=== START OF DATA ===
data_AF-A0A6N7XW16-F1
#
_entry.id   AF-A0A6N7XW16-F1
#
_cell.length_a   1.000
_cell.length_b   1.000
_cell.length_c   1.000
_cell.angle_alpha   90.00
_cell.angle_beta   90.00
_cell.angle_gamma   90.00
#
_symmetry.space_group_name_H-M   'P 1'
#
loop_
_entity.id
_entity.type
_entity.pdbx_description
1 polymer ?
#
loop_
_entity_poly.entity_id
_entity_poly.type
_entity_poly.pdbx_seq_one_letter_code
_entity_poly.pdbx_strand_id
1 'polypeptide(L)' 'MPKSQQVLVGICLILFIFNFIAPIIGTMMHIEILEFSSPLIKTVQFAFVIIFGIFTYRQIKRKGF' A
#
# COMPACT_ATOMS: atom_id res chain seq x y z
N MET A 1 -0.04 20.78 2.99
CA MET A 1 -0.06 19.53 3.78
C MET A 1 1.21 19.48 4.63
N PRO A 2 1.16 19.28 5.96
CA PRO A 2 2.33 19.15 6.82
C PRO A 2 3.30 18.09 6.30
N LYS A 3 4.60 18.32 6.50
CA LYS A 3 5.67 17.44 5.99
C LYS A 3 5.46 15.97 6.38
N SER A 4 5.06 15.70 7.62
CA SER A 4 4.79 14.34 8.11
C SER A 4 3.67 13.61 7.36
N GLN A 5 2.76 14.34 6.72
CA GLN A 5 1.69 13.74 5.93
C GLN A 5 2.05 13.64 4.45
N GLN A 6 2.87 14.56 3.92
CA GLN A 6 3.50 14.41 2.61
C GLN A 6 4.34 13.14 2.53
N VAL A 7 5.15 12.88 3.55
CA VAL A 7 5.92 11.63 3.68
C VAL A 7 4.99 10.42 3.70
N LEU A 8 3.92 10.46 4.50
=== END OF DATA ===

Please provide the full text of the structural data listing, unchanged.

data_AF-A0A6N7XW16-F1
#
_entry.id   AF-A0A6N7XW16-F1
#
_cell.length_a   1.000
_cell.length_b   1.000
_cell.length_c   1.000
_cell.angle_alpha   90.00
_cell.angle_beta   90.00
_cell.angle_gamma   90.00
#
_symmetry.space_group_name_H-M   'P 1'
#
loop_
_entity.id
_entity.type
_entity.pdbx_description
1 polymer ?
#
loop_
_entity_poly.entity_id
_entity_poly.type
_entity_poly.pdbx_seq_one_letter_code
_entity_poly.pdbx_strand_id
1 'polypeptide(L)' 'MPKSQQVLVGICLILFIFNFIAPIIGTMMHIEILEFSSPLIKTVQFAFVIIFGIFTYRQIKRKGF' A
#
# COMPACT_ATOMS: atom_id res chain seq x y z
N MET A 1 -0.04 20.78 2.99
CA MET A 1 -0.06 19.53 3.78
C MET A 1 1.21 19.48 4.63
N PRO A 2 1.16 19.28 5.96
CA PRO A 2 2.33 19.15 6.82
C PRO A 2 3.30 18.09 6.30
N LYS A 3 4.60 18.32 6.50
CA LYS A 3 5.67 17.44 5.99
C LYS A 3 5.46 15.97 6.38
N SER A 4 5.06 15.70 7.62
CA SER A 4 4.79 14.34 8.11
C SER A 4 3.67 13.61 7.36
N GLN A 5 2.76 14.34 6.72
CA GLN A 5 1.69 13.74 5.93
C GLN A 5 2.05 13.64 4.45
N GLN A 6 2.87 14.56 3.92
CA GLN A 6 3.50 14.41 2.61
C GLN A 6 4.34 13.14 2.53
N VAL A 7 5.15 12.88 3.55
CA VAL A 7 5.92 11.63 3.68
C VAL A 7 4.99 10.42 3.70
N LEU A 8 3.92 10.46 4.50